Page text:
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Any piece of information is just that, a piece of information. It can be assembled with other pieces of information. Often these pieces fit well together, most of the time they don’t. In either case, we never throw away the pieces. No! Keep them because any piece of information can help build a new idea when it meets the right piece.
Let ideas live, serve them up, nurture them. It’s never necessary to kill them—ever. And it can be so gratifying to pay them off. Let your ideas live so you can revisit them. Say them out loud so other people can use them. Who gives a crap what others may be thinking! The idea of pliable knowledge says that your scrap heap of ideas forms a foundation that you or someone else can continuously build upon.
The surface of Stenocara Beetle armor-like shell is covered with bumps. The peak of each bump is smooth, like glass, and attracts water. The slopes of each bump, and the troughs in between, are covered with wax, which repels water, like Teflon.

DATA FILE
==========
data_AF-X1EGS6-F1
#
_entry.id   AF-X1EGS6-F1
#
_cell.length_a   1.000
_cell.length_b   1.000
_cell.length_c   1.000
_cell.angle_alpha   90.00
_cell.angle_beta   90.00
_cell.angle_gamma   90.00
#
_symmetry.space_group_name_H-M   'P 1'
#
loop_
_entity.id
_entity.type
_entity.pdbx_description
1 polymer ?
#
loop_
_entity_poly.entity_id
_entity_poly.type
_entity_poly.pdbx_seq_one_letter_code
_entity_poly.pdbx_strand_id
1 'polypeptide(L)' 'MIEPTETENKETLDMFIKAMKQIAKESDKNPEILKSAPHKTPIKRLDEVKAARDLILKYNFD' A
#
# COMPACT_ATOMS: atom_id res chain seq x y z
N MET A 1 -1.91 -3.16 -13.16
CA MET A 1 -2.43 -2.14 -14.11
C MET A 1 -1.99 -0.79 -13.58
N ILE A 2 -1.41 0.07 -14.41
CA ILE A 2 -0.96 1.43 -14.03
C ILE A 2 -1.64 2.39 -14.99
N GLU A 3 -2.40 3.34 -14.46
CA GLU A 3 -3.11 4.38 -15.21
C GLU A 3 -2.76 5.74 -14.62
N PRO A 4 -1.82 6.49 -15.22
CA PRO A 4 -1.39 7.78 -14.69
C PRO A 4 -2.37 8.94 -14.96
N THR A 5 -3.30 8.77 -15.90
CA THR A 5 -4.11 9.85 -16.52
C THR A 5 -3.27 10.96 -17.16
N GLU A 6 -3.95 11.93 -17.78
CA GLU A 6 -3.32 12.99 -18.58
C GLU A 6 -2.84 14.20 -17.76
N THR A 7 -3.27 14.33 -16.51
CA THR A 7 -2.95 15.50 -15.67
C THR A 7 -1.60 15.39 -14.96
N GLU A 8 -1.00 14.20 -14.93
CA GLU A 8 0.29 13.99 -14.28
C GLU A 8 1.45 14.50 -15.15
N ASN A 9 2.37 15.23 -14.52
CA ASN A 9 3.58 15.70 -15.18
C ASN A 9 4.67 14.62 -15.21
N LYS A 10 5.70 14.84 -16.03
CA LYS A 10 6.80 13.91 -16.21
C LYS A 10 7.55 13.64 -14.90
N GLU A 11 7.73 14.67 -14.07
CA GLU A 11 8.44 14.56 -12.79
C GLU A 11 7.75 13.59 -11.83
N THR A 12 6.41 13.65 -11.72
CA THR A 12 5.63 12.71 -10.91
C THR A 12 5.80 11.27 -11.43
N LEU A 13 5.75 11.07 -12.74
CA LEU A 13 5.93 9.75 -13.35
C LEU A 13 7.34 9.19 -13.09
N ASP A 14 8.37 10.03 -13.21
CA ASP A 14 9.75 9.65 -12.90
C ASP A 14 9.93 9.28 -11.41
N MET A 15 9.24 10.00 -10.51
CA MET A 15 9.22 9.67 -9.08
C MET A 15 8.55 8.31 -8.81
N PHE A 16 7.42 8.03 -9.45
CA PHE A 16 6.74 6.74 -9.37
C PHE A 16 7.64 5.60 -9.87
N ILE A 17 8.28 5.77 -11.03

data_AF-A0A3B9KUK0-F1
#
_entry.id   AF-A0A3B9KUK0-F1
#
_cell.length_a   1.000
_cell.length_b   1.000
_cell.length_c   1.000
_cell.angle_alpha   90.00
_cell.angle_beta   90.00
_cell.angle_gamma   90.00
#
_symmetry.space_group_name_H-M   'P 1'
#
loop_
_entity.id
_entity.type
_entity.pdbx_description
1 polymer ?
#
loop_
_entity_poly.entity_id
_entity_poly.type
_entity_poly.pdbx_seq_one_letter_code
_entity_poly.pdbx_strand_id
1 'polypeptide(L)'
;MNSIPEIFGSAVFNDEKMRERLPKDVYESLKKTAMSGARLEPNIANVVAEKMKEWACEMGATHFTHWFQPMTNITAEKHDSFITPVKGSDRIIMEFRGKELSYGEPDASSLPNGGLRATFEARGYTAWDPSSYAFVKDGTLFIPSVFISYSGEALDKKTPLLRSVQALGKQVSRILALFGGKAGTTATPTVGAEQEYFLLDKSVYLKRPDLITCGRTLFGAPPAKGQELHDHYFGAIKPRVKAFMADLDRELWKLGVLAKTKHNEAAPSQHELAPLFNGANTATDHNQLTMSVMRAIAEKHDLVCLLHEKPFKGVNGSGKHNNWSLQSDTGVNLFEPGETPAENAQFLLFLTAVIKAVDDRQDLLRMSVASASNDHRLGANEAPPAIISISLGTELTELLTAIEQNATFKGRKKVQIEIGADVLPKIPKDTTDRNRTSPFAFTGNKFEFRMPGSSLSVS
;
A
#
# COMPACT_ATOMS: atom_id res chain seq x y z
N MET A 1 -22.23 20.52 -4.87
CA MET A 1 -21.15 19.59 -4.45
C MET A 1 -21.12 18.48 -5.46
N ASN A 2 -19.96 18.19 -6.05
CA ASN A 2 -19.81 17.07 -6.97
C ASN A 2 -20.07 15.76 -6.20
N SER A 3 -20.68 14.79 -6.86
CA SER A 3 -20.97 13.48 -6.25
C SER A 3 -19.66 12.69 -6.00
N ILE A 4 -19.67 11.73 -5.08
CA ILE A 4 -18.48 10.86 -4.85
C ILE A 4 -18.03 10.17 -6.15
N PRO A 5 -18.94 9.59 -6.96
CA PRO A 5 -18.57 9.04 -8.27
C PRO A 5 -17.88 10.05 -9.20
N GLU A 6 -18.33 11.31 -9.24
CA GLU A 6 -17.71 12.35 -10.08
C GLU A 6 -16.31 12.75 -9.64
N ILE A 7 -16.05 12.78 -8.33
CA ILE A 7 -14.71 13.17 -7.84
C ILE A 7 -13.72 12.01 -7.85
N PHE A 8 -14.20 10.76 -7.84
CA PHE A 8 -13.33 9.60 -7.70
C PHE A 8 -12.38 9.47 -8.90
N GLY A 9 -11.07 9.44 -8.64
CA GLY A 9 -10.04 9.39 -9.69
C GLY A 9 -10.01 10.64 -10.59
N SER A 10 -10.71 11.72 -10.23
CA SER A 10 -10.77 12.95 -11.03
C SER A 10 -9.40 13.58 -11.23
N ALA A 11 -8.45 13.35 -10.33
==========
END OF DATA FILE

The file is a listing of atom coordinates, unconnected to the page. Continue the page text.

As morning fog sweeps across the desert floor, the water sticks to the peaks of Stenocara’s bumps, eventually forming droplets. When the droplets become large and heavy enough, they roll down from the top of the peaks and are channeled to a spot on the beetle’s back that leads straight to its mouth. This water-collecting ability is critical to the beetle’s survival. There’s a piece of knowledge.
Cars were rusting before the 1990’s because water would rest in certain areas of the car, with no way to escape. The problem, how to get rid of the water.
Most car companies started using the beetle’s design in channeling water through and out of the cars. No more rust! Pliable Knowledge!